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The Ultimate Reloading Manual
Wolfe Publishing Group
  • alliant reloading data
  • reloading brass
  • shotshell reloading
The Ultimate Reloading Manual
load development

Handloading Brass Shotshells Pt. 2

Author: R.H. VanDenburg Jr. / Wolfe Publishing Co.
Date: Jul 01 2010

Next is the loading procedure. One of the things uncovered in all this is that brass shells can generate higher velocities than paper or plastic, all other things being equal. So if you plan to create a 3-dram, 11⁄8- ounce, 12-gauge load of 1,200 fps, for example, you might not need anywhere near the called for amount of powder.

A lot of things factor into such events, such as barrel length and diameter, chamber length, atmospheric conditions, powder brand and grade, wad column and so forth. Waterfowlers might rejoice, but if you are competing in a timed event where recovery between shots is important, this is a good thing to know. Typically, this occurs in the CBC shell only with black powder. With smokeless powder, performance is degraded. In the RMC shell, higher velocity occurs with both types of powder.

The two brass shells
available are the RMC
shell (left) and the CBC.

The actual loading of brass shotshells differs from that which we are accustomed to with either metallic cartridges or modern shotshells. We have the luxury of loading one shell at a time as we typically load shotshells on a single-stage press or batch processing, i.e., completing one step on all the shells to be loaded before beginning the next step, as we usually load metallic cartridges. Either way the first aid we should obtain is a loading block. It is indispensable. We’ve already reviewed the complexities of the priming and depriming process. Charging with smokeless powder can be done by weighing each charge or setting up the powder measure or dispenser to drop the required charge. We also can use a regular shotshell reloader for this purpose if we wish. Black powder can be weighed, dispensed by a measure specifically designed for black powder or even dipped with a suitable dipper of the correct size and proper technique.

Plastic wads (in the RMC shells) can be seated with a standard shotshell loader or by hand with a dowel. Wad pressure is not an issue, as it will be released when we relax the seating effort, but wads must be fully seated on the powder.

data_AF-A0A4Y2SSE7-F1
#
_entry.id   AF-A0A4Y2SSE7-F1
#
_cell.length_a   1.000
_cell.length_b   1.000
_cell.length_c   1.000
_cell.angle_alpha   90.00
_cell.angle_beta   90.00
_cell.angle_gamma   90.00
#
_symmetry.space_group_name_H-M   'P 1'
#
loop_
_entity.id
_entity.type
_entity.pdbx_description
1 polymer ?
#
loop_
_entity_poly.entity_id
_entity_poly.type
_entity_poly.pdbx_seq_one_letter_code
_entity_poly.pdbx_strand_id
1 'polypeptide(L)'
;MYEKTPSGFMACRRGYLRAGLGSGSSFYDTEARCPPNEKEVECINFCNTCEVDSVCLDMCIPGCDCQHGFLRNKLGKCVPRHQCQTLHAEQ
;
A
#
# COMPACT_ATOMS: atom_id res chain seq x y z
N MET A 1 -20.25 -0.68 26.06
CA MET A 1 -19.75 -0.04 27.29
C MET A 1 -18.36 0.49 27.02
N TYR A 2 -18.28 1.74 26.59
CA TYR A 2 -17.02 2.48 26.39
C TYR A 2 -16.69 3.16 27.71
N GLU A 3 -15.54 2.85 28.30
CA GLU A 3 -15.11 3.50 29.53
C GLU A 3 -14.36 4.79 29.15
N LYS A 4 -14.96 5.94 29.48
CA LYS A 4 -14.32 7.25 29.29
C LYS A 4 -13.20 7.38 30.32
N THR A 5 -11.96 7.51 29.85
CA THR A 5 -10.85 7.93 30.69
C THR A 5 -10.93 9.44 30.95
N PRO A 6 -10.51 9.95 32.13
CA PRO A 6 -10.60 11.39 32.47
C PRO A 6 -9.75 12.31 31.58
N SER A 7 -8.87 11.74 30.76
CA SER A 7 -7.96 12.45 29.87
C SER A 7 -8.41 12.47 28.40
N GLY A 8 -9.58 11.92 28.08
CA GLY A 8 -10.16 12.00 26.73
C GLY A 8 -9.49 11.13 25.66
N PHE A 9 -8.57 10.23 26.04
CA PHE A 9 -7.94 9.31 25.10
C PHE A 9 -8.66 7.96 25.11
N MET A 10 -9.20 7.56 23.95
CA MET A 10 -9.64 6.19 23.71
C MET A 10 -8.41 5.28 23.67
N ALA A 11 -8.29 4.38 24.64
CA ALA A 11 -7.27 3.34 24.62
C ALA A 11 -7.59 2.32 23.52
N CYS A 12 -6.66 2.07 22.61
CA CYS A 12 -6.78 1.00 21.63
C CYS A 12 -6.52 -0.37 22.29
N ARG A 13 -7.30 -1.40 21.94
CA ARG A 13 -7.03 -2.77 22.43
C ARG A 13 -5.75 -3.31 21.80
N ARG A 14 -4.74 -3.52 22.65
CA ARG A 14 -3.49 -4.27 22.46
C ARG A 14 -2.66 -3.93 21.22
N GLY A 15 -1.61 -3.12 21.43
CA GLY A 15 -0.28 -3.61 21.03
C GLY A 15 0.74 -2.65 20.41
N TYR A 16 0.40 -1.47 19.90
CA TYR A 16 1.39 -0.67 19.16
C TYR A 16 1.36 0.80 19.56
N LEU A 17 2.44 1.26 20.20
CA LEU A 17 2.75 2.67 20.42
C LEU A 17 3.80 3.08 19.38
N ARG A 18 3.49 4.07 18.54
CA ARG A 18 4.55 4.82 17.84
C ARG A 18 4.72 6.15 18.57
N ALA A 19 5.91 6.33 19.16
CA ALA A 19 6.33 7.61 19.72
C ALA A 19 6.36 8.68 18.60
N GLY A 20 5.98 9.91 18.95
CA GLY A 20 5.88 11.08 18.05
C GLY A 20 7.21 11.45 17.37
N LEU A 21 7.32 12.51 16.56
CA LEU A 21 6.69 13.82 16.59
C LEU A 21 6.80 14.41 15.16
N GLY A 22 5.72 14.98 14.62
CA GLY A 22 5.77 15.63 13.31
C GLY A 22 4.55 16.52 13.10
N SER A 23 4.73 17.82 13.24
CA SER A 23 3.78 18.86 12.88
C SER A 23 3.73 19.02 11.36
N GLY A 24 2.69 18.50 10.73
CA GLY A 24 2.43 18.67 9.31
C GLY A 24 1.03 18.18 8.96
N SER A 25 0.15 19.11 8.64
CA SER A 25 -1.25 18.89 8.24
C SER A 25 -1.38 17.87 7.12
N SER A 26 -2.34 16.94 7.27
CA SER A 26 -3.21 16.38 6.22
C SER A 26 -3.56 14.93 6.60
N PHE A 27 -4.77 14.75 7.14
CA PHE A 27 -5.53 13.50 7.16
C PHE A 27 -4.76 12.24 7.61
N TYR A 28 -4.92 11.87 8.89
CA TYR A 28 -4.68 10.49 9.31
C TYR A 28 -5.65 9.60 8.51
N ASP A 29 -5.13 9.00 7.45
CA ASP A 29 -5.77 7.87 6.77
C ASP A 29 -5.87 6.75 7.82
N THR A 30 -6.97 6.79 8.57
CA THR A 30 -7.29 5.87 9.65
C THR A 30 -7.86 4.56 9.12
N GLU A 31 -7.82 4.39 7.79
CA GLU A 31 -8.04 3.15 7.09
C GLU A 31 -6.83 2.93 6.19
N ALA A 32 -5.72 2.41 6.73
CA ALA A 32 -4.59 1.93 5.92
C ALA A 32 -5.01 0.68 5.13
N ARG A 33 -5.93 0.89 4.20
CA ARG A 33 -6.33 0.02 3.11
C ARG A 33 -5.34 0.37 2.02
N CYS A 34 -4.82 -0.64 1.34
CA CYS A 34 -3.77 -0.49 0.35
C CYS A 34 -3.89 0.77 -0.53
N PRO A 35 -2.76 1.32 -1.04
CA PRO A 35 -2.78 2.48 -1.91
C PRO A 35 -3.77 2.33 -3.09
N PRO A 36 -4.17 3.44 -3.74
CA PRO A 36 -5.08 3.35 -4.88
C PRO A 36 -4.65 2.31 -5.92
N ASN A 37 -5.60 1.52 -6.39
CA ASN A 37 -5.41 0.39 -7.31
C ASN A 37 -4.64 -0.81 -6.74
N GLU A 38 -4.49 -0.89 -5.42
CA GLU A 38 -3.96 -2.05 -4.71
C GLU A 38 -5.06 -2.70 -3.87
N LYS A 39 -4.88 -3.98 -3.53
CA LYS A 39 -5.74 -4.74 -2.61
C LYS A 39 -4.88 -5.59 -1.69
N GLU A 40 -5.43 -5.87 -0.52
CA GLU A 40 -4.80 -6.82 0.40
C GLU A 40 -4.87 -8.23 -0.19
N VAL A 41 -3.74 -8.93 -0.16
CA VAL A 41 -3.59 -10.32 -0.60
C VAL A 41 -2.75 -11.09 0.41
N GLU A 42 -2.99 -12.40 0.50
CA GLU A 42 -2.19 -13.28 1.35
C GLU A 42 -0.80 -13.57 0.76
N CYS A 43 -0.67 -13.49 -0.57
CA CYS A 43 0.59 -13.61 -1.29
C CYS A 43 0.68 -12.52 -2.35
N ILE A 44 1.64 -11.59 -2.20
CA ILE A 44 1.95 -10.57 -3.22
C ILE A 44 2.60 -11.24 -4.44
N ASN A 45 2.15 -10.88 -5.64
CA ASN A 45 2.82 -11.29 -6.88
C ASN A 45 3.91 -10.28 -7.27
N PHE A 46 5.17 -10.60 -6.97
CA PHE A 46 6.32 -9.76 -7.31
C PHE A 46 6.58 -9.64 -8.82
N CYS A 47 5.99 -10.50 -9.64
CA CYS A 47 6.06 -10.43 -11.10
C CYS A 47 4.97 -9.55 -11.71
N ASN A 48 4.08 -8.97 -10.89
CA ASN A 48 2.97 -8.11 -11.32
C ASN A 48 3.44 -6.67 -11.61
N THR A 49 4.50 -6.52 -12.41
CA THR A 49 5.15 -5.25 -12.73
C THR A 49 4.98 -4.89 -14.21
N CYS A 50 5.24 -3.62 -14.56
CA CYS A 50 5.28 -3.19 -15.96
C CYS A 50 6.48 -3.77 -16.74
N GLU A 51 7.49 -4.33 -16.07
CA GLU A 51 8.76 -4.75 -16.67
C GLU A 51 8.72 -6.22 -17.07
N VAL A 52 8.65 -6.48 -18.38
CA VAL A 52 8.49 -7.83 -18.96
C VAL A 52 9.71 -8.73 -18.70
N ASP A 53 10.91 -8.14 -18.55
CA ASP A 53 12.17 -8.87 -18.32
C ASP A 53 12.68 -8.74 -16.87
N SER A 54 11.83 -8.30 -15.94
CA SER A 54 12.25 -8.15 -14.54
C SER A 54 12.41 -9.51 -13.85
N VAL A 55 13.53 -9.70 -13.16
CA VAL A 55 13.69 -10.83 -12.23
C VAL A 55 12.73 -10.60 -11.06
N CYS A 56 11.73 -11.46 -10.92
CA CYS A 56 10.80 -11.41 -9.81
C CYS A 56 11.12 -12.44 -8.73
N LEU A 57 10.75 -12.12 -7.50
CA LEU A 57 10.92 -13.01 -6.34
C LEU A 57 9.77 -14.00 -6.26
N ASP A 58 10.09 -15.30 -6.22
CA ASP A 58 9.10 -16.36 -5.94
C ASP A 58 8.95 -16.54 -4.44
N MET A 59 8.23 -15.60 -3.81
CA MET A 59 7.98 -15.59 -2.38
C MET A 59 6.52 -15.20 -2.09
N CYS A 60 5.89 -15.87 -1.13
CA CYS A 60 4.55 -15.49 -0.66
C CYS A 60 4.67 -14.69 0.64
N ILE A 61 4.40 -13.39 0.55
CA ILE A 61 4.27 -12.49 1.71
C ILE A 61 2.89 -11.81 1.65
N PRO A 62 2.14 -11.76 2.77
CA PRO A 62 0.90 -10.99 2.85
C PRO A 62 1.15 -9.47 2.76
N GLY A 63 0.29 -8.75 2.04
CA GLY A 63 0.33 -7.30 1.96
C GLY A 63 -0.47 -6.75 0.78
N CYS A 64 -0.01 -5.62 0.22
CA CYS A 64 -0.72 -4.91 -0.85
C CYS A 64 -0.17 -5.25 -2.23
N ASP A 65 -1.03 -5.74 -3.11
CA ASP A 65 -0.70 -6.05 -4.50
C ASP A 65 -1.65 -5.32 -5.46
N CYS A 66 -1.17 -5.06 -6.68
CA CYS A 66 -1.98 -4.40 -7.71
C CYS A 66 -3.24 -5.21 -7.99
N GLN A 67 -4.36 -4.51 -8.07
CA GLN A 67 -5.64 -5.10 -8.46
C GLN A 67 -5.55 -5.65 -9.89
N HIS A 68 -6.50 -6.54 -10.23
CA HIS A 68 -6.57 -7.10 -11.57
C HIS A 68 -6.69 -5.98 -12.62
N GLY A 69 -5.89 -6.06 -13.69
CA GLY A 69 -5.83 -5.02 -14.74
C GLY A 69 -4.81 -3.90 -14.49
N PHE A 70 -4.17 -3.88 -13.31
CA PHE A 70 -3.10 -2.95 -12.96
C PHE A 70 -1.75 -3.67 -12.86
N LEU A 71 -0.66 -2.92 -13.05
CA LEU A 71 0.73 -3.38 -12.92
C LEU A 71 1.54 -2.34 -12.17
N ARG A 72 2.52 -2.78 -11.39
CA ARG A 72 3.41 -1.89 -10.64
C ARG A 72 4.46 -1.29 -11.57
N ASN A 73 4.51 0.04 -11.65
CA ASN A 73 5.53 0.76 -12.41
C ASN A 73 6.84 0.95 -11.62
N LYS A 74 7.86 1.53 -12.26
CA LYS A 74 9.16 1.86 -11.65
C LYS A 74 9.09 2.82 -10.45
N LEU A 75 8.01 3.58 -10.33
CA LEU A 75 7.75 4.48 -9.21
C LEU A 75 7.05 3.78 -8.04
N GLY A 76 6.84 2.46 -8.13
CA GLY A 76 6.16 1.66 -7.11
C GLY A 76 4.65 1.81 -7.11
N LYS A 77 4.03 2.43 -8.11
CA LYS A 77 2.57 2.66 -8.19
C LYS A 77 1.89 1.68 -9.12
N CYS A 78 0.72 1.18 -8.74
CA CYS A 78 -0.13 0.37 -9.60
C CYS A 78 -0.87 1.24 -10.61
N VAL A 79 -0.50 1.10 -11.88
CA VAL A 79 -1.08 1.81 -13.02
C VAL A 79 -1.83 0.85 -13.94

The RMC shell can be loaded with
modern components, such as the BPI
Obturator (left center) or onepiece
plastic wads. Paper over-shot wads are
still required.

Card wads, in either shell, must be securely seated with up to 100 pounds of pressure. This can be done on a shotshell loader or by hand with a dowel of the appropriate size. If a dowel is used, a cap of some sort on the dowel will be helpful. A bathroom scale will help in consistently seating wads to the same pressure. The old Lee Loader hand tool for shotshells is an excellent tool for loading brass shotshells. It can decap the RMC shells, assist in seating primers in both shells and has its own seating ram. They haven’t been made in years but are frequently found at gun shows. Card wads are seated one at a time: the over-powder wad or wads, each filler wad and finally, the over-shot wad or wads.

Shot is weighed or dipped or dispensed from a shotshell reloader. Any protective shot sleeve is inserted into the shell on top of the last filler wad and before dropping the shot.

Over-shot wads allow for some flexibility. My preference is to use two, .025-inch wads. The first is epoxied by running a bead around the edge of the wad and seating it on top of the shot with moderate force. The second is similarly seated on the first. In RMC shells, wads must be of the proper size. With the CBC shell, in the 12 gauge, for example, the over-shot wads can be 11 or 10 gauge. The 11-gauge wads must be epoxied; the 10-gauge wads should be. The latter do not make quite so neat an appearance.

When using two-part epoxy that dries in five minutes, only five or six shells can be completed before the epoxy sets up. This is assuming that all the loading except for the over-shot wad is completed on all the shells and the wads are all laid out. With 30-minute epoxy, a full box of 25 shells could be completed assuming the same conditions, but it’s best to work in small batches at first. Other adhesives will require similar techniques and planning.

The over-shot wad also is useful for identification. Especially if several different component mixes are being tried, a simple lettering system can prevent unwanted mix-ups.

Mid-twentieth century Remington components
included brass shotshells with large pistol
primers for all gauges. The .410 bore used
small pistol primers.

In the loads that follow, the typical built-up, card wad column consists of a 1⁄8-inch over-powder wad, a 1⁄2-inch filler wad and two .025-inch over-shot wads.